This morning we drive to the imperial city of Rabat, capital of Morocco today. Rabat is situated on the southern bank of the Bu Regreg River, across from the town of Salé. A Roman town existed in the vicinity but modern Rabat is a Muslim foundation. The name ‘Rabat’ comes from the Arabic word ribat, which means a fort on the Islamic frontier, usually manned by Muslims as a religious duty. Such a fort existed on the site of modern Rabat by the 10th century. Rabat’s earliest monuments built after the Romans, however, date from the Almohad period (1147-1248). The Almohads expanded the settlement by building a qasba (kasbah), or fortress, during the reign of ‘Abd al-Mu’min, the second leader of the Almohad movement. ‘Abd al-Mu’min’s grandson, Ya’qub al-Mansur, transformed Rabat into his capital by constructing a six-kilometre defensive wall around the town, and initiating the construction of the huge Hassan Mosque.
We enjoy lunch at a seafood restaurant in Salé overlooking the newly built Grand Théâtre de Rabat designed by the late British-Iraqi architect Zaha Hadid (1950-2016) with its fluid sculptural form inspired by the Bu Regreg River.
After lunch we visit the Oudaya Kasbah with its beautiful Andalusian garden and the Hassan Mosque. All that remains of the Hassan Mosque is a series of huge columns from its hypostyle prayer hall and the huge Hassan Tower, originally the mosque’s minaret. The vast size of the Hassan Mosque gives a measure of the ambition of its founder, the Almohad Caliph Abu Yusuf Yaqub al-Mansur; when he died, the mosque, which would have been the largest in the world, was never completed. The minaret (1195-1196), stands to the north of the mosque’s forecourt on an axis with its mihrab in order to emphasise the mosque’s orientation. It was meant to be one of the highest minarets in the world, although its upper section was never built. The Hassan Tower, with the beautiful decorative screen-work on its upper façade, provided the model for the Giralda of Seville and the minaret of the Kutubiyya Mosque in Marrakesh. The mausoleum of Muhammad V, an example of modern Moroccan architecture, is located at the south end of the Hassan Mosque site.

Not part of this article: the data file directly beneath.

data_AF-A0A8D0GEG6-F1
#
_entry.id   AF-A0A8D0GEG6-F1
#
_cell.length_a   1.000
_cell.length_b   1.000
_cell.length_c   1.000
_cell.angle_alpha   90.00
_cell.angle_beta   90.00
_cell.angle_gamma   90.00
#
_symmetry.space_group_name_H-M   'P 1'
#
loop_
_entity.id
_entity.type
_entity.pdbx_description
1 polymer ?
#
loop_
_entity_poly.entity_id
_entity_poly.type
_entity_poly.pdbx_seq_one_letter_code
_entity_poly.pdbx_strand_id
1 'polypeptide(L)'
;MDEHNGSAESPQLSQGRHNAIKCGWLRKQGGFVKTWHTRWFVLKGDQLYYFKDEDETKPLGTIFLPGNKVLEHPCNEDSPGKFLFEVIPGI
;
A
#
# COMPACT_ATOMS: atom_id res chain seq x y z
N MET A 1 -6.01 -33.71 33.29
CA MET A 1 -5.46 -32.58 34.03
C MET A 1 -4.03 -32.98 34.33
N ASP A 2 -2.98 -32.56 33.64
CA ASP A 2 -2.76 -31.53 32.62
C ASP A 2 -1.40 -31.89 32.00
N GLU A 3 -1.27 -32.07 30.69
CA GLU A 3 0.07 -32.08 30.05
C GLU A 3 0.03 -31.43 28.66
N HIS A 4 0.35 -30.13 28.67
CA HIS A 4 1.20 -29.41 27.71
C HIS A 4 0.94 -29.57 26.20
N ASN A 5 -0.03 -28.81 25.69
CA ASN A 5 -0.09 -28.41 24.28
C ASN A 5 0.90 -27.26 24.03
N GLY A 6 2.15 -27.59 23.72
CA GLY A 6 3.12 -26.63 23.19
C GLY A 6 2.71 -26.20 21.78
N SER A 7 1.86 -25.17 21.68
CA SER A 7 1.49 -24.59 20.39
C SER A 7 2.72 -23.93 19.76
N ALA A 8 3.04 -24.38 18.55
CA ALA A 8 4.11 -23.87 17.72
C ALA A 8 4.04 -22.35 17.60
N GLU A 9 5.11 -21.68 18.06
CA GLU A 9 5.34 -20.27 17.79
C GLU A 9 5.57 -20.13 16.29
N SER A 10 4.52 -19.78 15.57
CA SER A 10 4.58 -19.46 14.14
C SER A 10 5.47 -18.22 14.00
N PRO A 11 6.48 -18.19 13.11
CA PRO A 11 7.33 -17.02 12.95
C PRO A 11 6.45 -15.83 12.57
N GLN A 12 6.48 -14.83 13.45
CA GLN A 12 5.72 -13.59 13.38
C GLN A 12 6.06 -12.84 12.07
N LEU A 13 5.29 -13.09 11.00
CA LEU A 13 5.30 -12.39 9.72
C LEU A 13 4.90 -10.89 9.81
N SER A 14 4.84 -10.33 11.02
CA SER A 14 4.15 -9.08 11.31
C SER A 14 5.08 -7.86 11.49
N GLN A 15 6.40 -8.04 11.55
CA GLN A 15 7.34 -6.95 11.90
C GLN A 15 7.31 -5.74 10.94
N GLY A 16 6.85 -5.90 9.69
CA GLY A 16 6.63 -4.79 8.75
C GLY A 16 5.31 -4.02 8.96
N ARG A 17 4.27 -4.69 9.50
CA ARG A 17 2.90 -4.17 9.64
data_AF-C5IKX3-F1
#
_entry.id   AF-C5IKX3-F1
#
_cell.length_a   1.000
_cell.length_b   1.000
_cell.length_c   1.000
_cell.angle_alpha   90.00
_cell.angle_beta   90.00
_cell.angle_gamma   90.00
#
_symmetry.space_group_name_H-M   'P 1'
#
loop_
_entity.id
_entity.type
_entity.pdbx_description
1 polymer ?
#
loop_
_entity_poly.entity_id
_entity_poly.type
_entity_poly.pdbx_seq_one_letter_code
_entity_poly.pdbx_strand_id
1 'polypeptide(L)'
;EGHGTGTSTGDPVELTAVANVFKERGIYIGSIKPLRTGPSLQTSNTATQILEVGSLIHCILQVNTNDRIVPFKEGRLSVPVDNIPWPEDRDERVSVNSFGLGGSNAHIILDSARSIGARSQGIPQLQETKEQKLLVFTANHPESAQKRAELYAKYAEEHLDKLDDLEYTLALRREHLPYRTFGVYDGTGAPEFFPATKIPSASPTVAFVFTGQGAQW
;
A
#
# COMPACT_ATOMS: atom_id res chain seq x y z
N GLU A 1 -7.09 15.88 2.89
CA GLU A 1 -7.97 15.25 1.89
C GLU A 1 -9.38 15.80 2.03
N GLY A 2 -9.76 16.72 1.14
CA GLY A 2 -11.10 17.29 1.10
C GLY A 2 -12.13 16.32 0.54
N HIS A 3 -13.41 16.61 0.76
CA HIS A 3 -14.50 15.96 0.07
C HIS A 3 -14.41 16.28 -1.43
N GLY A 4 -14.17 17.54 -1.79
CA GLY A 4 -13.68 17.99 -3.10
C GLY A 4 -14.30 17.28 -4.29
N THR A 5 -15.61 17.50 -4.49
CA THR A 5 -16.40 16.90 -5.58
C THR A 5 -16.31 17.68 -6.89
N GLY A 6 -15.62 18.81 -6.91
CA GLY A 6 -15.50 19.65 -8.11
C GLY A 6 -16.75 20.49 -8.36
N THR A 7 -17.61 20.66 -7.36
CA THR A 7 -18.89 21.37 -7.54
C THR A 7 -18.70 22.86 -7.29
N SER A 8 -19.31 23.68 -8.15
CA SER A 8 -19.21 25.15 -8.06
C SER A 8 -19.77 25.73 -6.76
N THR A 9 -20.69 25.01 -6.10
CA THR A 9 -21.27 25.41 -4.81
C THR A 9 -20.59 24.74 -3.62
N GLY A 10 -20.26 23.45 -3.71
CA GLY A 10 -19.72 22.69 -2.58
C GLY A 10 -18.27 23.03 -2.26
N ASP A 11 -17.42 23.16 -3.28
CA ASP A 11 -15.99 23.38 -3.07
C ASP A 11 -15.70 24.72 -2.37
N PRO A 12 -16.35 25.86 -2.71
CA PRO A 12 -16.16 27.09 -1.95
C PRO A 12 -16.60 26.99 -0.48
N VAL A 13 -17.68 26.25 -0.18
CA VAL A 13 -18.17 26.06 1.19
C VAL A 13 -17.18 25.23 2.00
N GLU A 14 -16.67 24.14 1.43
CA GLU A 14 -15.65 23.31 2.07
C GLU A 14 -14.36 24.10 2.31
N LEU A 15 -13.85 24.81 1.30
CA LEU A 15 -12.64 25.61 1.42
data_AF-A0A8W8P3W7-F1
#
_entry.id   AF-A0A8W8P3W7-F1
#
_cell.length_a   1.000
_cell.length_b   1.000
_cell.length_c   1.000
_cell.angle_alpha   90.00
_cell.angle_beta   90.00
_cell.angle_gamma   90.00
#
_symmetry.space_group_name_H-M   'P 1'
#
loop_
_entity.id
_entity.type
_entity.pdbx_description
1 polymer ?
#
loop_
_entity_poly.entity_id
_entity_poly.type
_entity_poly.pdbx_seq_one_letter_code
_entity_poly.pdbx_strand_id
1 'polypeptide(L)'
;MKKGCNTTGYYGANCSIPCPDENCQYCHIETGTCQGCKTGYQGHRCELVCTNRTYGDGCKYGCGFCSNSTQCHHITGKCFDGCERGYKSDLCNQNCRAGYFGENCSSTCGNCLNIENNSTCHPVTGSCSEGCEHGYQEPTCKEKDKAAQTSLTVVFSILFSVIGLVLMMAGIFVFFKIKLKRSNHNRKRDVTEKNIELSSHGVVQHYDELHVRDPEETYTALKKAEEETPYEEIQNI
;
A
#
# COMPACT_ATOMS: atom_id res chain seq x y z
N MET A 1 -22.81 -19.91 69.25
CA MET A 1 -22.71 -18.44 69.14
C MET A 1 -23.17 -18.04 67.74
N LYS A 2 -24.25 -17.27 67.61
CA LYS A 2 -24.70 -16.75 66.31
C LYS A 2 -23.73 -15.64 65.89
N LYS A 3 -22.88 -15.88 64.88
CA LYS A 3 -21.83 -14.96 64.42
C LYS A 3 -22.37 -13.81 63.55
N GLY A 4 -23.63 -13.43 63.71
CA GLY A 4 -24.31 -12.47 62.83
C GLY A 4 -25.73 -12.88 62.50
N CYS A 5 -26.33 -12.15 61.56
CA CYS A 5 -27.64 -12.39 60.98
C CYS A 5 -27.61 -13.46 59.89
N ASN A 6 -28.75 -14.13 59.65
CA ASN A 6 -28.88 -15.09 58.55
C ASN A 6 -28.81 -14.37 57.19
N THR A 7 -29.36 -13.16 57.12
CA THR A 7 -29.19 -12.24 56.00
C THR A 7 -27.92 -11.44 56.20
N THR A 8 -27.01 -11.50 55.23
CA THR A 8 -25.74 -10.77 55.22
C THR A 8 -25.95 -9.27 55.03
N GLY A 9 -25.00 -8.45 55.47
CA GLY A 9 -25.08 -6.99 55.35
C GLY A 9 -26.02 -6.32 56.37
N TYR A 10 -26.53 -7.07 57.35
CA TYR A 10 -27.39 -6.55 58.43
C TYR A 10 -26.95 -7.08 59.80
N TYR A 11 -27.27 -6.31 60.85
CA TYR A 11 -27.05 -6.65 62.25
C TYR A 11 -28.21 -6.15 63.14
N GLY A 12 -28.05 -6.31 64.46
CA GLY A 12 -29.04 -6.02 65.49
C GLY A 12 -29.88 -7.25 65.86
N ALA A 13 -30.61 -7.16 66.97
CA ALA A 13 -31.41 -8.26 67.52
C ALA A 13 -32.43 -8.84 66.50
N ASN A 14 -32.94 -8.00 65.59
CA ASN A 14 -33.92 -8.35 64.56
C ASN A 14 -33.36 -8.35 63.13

We then visit the Chellah, a medieval fortified necropolis built on the ruins of the Roman town. Inside are beautifully landscaped gardens with hundreds of flowers that come into bloom during springtime. The result is an amazing variety of scents. We may also view Roman ruins and the remains of a small mosque and madrasa.
Tonight we enjoy our farewell dinner at the charming Riad Kalaa. (Overnight Rabat) BLD
Day 21: Tuesday 15 April, Rabat – Casablanca, Tour Ends.
- Transfer from Rabat to Casablanca Airport
After breakfast we transfer to Casablanca airport where our tour officially ends at approximately 11.30am. B